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  #1  
Old 02-24-2011, 10:04 AM
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Top of Battery Wet: Cause for Concern?

A couple of weeks ago, I topped off the battery cells (Mercedes battery, 4-1/2 years old) with distilled water. It is POSSIBLE that I slightly (though not by much) overfilled some of the cells, but I'm usually pretty careful about such things. The caps were definitely properly tightened.

This morning I noticed that the top of the battery was wet. If I overfilled slightly, would this force the water out and account for the wetness? Or does it sound like I have a leaking battery? And if the latter, how critical is it that I replace the battery?

Thanks.

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  #2  
Old 02-24-2011, 10:22 AM
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I'd remove any excess water with a turkey baster if your level is too high.
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Old 02-24-2011, 10:27 AM
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Sprinkle baking soda on the wetness to neutralize the acid.... let it sit a day, wipe it off.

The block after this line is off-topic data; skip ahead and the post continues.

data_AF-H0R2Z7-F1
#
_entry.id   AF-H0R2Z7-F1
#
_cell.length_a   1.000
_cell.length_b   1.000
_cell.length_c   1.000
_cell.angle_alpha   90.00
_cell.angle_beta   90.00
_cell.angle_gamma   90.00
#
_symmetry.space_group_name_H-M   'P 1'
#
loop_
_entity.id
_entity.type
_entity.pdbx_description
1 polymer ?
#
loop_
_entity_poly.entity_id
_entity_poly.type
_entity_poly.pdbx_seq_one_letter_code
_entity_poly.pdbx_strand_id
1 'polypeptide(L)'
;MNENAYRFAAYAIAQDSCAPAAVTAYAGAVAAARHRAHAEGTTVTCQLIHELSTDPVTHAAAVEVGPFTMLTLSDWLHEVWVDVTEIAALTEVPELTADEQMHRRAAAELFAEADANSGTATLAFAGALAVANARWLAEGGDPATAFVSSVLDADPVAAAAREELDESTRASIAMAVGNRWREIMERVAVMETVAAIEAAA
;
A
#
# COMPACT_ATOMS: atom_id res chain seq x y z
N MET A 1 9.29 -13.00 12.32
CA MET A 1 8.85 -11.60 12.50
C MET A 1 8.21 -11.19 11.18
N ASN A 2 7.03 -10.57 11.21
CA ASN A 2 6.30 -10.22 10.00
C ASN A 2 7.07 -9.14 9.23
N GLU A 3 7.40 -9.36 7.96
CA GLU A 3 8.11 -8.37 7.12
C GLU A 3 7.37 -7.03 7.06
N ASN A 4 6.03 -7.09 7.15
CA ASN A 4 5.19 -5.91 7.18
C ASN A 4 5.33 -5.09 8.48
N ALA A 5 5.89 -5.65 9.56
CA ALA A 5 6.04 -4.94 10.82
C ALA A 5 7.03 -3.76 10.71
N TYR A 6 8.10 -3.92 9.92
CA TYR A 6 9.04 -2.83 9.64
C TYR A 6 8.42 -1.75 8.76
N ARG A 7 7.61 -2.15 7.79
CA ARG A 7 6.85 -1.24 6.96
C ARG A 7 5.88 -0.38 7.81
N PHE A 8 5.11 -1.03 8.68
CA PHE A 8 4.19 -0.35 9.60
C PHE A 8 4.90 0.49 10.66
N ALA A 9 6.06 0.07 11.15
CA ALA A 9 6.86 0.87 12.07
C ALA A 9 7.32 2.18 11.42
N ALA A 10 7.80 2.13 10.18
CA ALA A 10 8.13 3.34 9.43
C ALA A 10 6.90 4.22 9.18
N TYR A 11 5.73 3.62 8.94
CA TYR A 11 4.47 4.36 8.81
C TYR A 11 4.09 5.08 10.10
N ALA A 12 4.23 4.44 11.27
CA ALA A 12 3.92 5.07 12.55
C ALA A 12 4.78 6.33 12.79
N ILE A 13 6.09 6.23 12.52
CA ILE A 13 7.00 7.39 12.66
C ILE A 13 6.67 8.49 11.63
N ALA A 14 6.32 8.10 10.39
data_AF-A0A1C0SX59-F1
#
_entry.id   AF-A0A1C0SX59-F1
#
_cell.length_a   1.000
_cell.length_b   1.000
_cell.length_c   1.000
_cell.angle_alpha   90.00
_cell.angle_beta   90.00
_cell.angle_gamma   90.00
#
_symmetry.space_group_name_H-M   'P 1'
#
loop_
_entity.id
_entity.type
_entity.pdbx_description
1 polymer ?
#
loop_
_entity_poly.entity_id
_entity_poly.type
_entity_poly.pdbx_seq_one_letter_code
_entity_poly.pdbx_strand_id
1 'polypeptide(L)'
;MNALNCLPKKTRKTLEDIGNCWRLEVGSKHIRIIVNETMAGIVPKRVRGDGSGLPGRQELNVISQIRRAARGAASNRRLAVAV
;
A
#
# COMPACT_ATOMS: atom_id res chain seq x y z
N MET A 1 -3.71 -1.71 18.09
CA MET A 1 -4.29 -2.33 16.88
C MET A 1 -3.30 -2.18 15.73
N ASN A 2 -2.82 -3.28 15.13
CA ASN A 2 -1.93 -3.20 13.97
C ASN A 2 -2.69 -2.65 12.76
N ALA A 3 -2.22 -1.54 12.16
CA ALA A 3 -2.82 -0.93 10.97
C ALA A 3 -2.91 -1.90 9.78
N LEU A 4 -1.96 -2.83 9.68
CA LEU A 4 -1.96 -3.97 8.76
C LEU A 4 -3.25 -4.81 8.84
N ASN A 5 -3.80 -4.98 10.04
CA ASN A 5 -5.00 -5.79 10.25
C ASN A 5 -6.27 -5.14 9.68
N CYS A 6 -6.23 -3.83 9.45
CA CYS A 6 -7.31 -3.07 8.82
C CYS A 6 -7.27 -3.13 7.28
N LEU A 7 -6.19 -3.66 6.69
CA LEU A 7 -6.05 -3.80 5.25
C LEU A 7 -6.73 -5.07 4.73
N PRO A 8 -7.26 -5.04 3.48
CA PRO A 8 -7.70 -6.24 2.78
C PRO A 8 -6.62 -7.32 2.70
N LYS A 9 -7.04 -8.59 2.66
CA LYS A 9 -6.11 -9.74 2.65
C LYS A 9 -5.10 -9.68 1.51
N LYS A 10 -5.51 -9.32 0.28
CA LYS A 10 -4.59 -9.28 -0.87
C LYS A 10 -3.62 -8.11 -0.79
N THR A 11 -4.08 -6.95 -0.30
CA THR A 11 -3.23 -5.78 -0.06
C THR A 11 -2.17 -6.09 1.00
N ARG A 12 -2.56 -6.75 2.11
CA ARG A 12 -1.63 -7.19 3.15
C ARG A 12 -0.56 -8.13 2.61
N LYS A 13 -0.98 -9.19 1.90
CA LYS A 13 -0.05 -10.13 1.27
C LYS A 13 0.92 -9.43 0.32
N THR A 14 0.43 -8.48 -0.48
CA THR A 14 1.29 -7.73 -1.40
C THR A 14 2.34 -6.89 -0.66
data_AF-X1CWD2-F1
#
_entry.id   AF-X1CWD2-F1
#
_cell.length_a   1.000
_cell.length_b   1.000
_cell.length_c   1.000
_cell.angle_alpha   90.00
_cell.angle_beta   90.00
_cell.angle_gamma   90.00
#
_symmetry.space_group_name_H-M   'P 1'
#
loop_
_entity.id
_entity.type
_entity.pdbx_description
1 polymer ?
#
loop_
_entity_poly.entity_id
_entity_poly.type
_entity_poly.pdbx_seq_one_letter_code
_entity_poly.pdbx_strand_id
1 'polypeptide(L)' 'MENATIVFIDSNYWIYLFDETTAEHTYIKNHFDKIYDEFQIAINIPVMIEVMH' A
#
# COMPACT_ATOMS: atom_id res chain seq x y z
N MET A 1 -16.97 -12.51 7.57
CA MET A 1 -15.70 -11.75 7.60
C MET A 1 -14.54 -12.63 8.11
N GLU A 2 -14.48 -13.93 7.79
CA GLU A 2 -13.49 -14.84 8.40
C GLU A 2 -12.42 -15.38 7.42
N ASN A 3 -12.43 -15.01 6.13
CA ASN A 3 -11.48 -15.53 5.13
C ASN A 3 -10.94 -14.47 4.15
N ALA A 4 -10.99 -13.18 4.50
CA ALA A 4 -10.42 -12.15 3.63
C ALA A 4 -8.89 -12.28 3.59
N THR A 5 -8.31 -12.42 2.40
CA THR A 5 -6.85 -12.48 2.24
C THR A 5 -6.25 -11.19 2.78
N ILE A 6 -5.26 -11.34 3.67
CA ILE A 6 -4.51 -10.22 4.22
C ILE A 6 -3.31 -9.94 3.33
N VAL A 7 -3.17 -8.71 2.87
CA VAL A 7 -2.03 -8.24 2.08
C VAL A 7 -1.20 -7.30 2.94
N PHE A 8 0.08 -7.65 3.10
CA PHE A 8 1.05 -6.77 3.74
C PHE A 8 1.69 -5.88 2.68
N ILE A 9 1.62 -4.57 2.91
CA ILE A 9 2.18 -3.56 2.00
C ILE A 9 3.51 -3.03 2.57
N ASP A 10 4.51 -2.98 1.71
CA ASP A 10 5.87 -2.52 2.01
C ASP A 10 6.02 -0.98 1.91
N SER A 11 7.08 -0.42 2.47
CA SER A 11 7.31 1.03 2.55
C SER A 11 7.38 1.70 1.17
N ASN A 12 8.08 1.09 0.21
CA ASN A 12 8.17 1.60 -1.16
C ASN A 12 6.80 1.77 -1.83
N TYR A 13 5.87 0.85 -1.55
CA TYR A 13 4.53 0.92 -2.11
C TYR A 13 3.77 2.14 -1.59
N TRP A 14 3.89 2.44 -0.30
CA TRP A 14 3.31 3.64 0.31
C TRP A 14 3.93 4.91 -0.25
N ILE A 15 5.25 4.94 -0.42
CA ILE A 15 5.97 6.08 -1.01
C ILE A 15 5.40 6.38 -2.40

Same goes for anything else that got wet in the area.
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Old 02-24-2011, 10:28 AM
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Well. it really can't "leak" out of the top. I would say it is overfilled and active charging will force the level up a little, (I think).
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Old 02-24-2011, 10:29 AM
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Quote:
Originally Posted by scottmcphee View Post
Sprinkle baking soda on the wetness to neutralize the acid.... let it sit a day, wipe it off.


Same goes for anything else that got wet in the area.
x2
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Old 02-24-2011, 10:32 AM
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Make sure your alternator is not seriously overcharging the battery. This is done by measuring the voltage at the battery with the engine running. The battery fluid could have been low from boiling it off with any overcharge.

Somewhere around 13.5-14 volts is what you are looking for. More and you need a new voltage regulator in the alternator. A self changeable part.
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Old 02-24-2011, 10:32 AM
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It's also worth putting a voltmeter on the battery to make sure you're not overcharging which will cause the battery to boil.
I've always mixed my baking soda in water and poured it over the battery to clean off any acid. Is that a bad idea? Is it better to sprinkle dry soda on it?

Ooops, looks like Barry and I were breathing the same ether at the same time at different ends of the continent.
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Old 02-24-2011, 10:41 AM